Appellees contend, and the circuit and Appellate Courts held, that under section 15 of an act to revise the law in relation to idiots, lunatics, drunkards and spendthrifts (Hurd’s Stat. 1908, chap. 86, p. 1393,) the note and mortgage were voidable because they were executed after the filing of the application for the appointment of a conservator. The only question presented • for óur determination is whether the courts below properly construed said section of the statute.

*372Section 14 of said act provides that every note, bond or other contract made by a spendthrift after the finding of the jury provided for in section 1 of the act shall be void as against the spendthrift and his estate. Section 15 provides as follows: “Every contract made with an idiot, lunatic or distracted person before such finding, or with a drunkard or spendthrift made after the application for the appointment of a conservator, may be avoided, except in favor of the person fraudulently making the same.” As we have already seen, the application to have appellee Eakle adjudged a drunkard and a spendthrift was filed on January 5, 1909. Summons was issued and served prior to the execution of the note and mortgage in question, and these facts were brought to the knowledge of the complainants before the note and mortgage were executed.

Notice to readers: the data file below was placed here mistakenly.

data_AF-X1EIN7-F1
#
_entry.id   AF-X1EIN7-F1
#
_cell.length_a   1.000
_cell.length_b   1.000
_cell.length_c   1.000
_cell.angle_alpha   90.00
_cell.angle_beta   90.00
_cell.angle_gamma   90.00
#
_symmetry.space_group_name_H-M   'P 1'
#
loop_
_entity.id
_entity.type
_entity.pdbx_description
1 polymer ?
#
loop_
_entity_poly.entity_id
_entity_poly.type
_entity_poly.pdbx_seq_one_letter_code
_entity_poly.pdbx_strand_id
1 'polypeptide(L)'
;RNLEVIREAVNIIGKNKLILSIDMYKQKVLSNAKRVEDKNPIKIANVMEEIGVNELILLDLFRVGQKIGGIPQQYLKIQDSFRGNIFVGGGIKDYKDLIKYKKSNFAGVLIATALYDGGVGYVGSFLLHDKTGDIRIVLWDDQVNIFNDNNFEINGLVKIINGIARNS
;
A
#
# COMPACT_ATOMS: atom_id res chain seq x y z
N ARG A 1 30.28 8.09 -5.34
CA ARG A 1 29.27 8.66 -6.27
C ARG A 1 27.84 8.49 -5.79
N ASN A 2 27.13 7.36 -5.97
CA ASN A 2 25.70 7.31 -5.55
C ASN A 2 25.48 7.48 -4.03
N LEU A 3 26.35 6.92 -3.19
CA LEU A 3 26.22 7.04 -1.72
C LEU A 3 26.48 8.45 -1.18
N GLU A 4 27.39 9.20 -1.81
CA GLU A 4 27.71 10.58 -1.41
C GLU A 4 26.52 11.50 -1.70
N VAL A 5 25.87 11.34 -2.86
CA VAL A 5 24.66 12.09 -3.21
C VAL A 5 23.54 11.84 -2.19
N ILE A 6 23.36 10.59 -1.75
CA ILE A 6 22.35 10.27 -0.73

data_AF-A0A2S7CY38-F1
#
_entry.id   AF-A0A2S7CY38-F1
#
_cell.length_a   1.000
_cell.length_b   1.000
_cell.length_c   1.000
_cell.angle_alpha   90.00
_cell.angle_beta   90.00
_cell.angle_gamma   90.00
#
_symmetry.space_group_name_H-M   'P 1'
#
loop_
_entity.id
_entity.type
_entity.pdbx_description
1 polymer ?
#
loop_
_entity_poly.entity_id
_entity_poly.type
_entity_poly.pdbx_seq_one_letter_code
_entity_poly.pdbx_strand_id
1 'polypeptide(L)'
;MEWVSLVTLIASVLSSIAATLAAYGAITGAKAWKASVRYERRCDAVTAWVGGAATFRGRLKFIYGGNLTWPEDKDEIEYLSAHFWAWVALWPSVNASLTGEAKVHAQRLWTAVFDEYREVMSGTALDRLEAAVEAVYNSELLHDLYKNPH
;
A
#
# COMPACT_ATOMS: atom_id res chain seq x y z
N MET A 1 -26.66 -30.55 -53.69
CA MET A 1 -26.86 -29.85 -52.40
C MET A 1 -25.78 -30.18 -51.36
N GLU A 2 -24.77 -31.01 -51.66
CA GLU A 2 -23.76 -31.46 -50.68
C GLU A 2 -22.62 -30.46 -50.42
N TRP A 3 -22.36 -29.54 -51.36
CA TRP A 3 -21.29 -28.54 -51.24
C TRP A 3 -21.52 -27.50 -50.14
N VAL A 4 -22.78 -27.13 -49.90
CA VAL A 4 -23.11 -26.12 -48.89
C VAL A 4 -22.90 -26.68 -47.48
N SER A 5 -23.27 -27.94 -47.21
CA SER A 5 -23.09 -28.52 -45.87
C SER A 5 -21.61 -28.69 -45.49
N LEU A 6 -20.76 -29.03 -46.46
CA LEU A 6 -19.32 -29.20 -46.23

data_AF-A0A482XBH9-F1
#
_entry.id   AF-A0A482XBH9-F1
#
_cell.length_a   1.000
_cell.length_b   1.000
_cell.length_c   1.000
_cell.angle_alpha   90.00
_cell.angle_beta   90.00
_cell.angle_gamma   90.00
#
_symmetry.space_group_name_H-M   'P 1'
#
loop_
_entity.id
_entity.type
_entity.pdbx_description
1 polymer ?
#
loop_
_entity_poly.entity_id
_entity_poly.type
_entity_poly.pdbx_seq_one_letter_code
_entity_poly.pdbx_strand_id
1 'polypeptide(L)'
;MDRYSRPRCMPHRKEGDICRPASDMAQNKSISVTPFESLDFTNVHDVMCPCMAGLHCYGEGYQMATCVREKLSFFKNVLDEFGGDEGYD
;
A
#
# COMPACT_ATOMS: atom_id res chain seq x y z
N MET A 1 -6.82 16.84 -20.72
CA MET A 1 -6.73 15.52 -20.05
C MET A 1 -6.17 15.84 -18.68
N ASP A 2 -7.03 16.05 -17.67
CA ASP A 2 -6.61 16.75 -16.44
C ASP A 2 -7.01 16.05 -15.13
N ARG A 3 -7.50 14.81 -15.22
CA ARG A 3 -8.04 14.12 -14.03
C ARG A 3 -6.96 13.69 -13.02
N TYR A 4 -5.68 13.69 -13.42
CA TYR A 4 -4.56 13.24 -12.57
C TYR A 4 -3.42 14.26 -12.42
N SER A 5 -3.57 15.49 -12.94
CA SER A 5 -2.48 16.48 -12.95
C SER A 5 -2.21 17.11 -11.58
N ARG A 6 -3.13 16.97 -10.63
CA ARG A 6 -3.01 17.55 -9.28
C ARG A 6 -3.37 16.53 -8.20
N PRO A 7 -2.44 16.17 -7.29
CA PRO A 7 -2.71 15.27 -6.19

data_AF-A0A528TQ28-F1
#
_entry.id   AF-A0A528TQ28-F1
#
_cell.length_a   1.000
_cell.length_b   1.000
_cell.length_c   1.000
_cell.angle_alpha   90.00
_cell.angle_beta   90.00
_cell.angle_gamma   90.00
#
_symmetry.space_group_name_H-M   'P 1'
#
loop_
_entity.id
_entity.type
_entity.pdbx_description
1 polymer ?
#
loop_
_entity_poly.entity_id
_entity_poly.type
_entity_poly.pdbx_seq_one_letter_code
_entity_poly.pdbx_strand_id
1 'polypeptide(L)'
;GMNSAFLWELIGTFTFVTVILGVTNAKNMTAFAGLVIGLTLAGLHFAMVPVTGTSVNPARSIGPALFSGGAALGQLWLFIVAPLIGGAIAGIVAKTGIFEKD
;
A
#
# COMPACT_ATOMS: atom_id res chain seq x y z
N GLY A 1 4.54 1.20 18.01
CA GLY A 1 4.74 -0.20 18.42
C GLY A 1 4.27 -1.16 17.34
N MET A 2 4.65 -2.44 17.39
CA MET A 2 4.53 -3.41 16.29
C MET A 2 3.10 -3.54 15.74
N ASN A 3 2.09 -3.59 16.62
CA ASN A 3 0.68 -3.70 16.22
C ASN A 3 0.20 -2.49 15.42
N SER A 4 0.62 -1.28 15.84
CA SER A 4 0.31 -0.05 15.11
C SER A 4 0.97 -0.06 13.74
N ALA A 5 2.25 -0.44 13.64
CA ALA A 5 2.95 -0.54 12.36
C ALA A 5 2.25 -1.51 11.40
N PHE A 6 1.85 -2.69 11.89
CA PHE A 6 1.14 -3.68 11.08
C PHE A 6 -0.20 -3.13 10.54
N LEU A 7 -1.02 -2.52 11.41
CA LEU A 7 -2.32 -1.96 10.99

Complainants contend that section 15 only applies to contracts which were fraudulently made after the filing of such application. We are of the opinion that the language of this section cannot be so construed. Under this section of the statute the status of one charged with being a drunkard or spendthrift during the pendency of the proceeding in respect to contracts is similar to that of an infant. Such contracts are voidable at the instance of the person charged. Complainants contend that even under this construction appellee Eakle would be liable for the reasonable value of the services furnished in connection with this litigation. That question is not involved here. This is a bill to foreclose a mortgage and not a suit to recover for necessaries furnished appellee Eakle.

In our opinion the section of the statute above referred to was properly construed by the Appellate Court and is a complete defense to the bill to foreclose this mortgage.

The decree of the circuit court, and the judgment of the Appellate Court affirming the same, are affirmed.

Decree affirmed.